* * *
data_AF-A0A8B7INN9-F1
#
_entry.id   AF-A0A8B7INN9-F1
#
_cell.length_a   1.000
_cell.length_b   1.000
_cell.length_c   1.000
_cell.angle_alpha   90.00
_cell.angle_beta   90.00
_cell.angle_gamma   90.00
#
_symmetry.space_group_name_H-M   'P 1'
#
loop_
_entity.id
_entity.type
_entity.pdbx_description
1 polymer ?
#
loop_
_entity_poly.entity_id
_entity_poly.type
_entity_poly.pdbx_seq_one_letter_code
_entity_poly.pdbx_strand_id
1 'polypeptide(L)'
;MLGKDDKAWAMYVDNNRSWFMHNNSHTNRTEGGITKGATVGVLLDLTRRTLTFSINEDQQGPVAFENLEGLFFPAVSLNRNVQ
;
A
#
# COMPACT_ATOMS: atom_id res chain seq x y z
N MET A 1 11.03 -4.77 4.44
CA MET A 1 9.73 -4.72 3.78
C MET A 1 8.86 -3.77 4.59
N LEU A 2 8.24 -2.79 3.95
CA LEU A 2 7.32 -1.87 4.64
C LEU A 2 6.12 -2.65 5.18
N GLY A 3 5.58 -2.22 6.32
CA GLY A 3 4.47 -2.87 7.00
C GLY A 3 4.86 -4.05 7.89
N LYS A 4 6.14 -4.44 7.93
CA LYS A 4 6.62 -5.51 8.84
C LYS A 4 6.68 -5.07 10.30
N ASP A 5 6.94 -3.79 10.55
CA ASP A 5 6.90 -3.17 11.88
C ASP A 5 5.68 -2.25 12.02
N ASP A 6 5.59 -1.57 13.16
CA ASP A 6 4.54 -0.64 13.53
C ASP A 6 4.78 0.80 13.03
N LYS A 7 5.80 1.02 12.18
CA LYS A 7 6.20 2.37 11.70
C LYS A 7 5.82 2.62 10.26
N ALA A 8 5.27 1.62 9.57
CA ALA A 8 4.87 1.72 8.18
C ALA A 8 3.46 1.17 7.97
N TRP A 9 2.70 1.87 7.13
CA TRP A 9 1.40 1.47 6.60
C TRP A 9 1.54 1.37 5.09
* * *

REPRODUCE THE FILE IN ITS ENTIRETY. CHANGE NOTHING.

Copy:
data_AF-A0A8B7INN9-F1
#
_entry.id   AF-A0A8B7INN9-F1
#
_cell.length_a   1.000
_cell.length_b   1.000
_cell.length_c   1.000
_cell.angle_alpha   90.00
_cell.angle_beta   90.00
_cell.angle_gamma   90.00
#
_symmetry.space_group_name_H-M   'P 1'
#
loop_
_entity.id
_entity.type
_entity.pdbx_description
1 polymer ?
#
loop_
_entity_poly.entity_id
_entity_poly.type
_entity_poly.pdbx_seq_one_letter_code
_entity_poly.pdbx_strand_id
1 'polypeptide(L)'
;MLGKDDKAWAMYVDNNRSWFMHNNSHTNRTEGGITKGATVGVLLDLTRRTLTFSINEDQQGPVAFENLEGLFFPAVSLNRNVQ
;
A
#
# COMPACT_ATOMS: atom_id res chain seq x y z
N MET A 1 11.03 -4.77 4.44
CA MET A 1 9.73 -4.72 3.78
C MET A 1 8.86 -3.77 4.59
N LEU A 2 8.24 -2.79 3.95
CA LEU A 2 7.32 -1.87 4.64
C LEU A 2 6.12 -2.65 5.18
N GLY A 3 5.58 -2.22 6.32
CA GLY A 3 4.47 -2.87 7.00
C GLY A 3 4.86 -4.05 7.89
N LYS A 4 6.14 -4.44 7.93
CA LYS A 4 6.62 -5.51 8.84
C LYS A 4 6.68 -5.07 10.30
N ASP A 5 6.94 -3.79 10.55
CA ASP A 5 6.90 -3.17 11.88
C ASP A 5 5.68 -2.25 12.02
N ASP A 6 5.59 -1.57 13.16
CA ASP A 6 4.54 -0.64 13.53
C ASP A 6 4.78 0.80 13.03
N LYS A 7 5.80 1.02 12.18
CA LYS A 7 6.20 2.37 11.70
C LYS A 7 5.82 2.62 10.26
N ALA A 8 5.27 1.62 9.57
CA ALA A 8 4.87 1.72 8.18
C ALA A 8 3.46 1.17 7.97
N TRP A 9 2.70 1.87 7.13
CA TRP A 9 1.40 1.47 6.60
C TRP A 9 1.54 1.37 5.09